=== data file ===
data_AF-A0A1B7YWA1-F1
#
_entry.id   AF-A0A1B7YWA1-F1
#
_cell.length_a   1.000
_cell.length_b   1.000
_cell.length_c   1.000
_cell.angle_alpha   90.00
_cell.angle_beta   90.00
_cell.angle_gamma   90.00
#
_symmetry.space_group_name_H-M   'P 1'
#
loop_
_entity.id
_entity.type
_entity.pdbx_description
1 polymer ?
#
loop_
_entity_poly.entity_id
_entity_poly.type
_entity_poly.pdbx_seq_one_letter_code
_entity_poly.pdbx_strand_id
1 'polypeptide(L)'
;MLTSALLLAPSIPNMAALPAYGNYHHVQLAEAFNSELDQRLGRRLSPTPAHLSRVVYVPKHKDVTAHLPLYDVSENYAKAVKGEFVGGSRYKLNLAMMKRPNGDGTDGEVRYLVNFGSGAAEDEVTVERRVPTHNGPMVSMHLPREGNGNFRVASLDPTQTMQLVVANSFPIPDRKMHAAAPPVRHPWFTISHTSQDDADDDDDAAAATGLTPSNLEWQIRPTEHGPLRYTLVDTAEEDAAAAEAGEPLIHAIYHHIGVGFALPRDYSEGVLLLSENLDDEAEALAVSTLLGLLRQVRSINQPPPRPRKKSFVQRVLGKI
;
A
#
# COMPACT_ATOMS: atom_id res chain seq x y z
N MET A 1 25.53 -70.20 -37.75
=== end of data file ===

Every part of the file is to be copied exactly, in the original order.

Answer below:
data_AF-A0A1B7YWA1-F1
#
_entry.id   AF-A0A1B7YWA1-F1
#
_cell.length_a   1.000
_cell.length_b   1.000
_cell.length_c   1.000
_cell.angle_alpha   90.00
_cell.angle_beta   90.00
_cell.angle_gamma   90.00
#
_symmetry.space_group_name_H-M   'P 1'
#
loop_
_entity.id
_entity.type
_entity.pdbx_description
1 polymer ?
#
loop_
_entity_poly.entity_id
_entity_poly.type
_entity_poly.pdbx_seq_one_letter_code
_entity_poly.pdbx_strand_id
1 'polypeptide(L)'
;MLTSALLLAPSIPNMAALPAYGNYHHVQLAEAFNSELDQRLGRRLSPTPAHLSRVVYVPKHKDVTAHLPLYDVSENYAKAVKGEFVGGSRYKLNLAMMKRPNGDGTDGEVRYLVNFGSGAAEDEVTVERRVPTHNGPMVSMHLPREGNGNFRVASLDPTQTMQLVVANSFPIPDRKMHAAAPPVRHPWFTISHTSQDDADDDDDAAAATGLTPSNLEWQIRPTEHGPLRYTLVDTAEEDAAAAEAGEPLIHAIYHHIGVGFALPRDYSEGVLLLSENLDDEAEALAVSTLLGLLRQVRSINQPPPRPRKKSFVQRVLGKI
;
A
#
# COMPACT_ATOMS: atom_id res chain seq x y z
N MET A 1 25.53 -70.20 -37.75